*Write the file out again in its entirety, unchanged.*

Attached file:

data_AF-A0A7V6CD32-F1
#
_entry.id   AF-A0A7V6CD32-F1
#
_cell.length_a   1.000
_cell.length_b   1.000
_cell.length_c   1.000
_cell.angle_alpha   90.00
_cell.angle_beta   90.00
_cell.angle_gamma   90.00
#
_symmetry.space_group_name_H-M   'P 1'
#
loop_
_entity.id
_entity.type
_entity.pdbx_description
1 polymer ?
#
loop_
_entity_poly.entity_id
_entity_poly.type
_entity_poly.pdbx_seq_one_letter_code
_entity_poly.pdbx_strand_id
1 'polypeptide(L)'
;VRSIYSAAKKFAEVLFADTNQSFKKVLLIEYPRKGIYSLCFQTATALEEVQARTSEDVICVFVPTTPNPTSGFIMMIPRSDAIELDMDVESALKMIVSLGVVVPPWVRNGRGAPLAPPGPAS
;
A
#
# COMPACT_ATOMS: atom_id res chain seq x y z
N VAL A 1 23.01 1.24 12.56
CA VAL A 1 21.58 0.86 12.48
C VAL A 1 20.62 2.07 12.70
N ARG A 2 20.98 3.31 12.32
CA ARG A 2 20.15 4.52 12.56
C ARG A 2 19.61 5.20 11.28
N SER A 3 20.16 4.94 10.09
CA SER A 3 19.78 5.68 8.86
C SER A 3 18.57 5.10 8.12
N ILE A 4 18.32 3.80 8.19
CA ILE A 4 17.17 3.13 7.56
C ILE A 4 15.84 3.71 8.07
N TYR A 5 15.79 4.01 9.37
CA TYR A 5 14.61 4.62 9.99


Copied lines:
data_AF-A0A7V6CD32-F1
#
_entry.id   AF-A0A7V6CD32-F1
#
_cell.length_a   1.000
_cell.length_b   1.000
_cell.length_c   1.000
_cell.angle_alpha   90.00
_cell.angle_beta   90.00
_cell.angle_gamma   90.00
#
_symmetry.space_group_name_H-M   'P 1'
#
loop_
_entity.id
_entity.type
_entity.pdbx_description
1 polymer ?
#
loop_
_entity_poly.entity_id
_entity_poly.type
_entity_poly.pdbx_seq_one_letter_code
_entity_poly.pdbx_strand_id
1 'polypeptide(L)'
;VRSIYSAAKKFAEVLFADTNQSFKKVLLIEYPRKGIYSLCFQTATALEEVQARTSEDVICVFVPTTPNPTSGFIMMIPRSDAIELDMDVESALKMIVSLGVVVPPWVRNGRGAPLAPPGPAS
;
A
#
# COMPACT_ATOMS: atom_id res chain seq x y z
N VAL A 1 23.01 1.24 12.56
CA VAL A 1 21.58 0.86 12.48
C VAL A 1 20.62 2.07 12.70
N ARG A 2 20.98 3.31 12.32
CA ARG A 2 20.15 4.52 12.56
C ARG A 2 19.61 5.20 11.28
N SER A 3 20.16 4.94 10.09
CA SER A 3 19.78 5.68 8.86
C SER A 3 18.57 5.10 8.12
N ILE A 4 18.32 3.80 8.19
CA ILE A 4 17.17 3.13 7.56
C ILE A 4 15.84 3.71 8.07
N TYR A 5 15.79 4.01 9.37
CA TYR A 5 14.61 4.62 9.99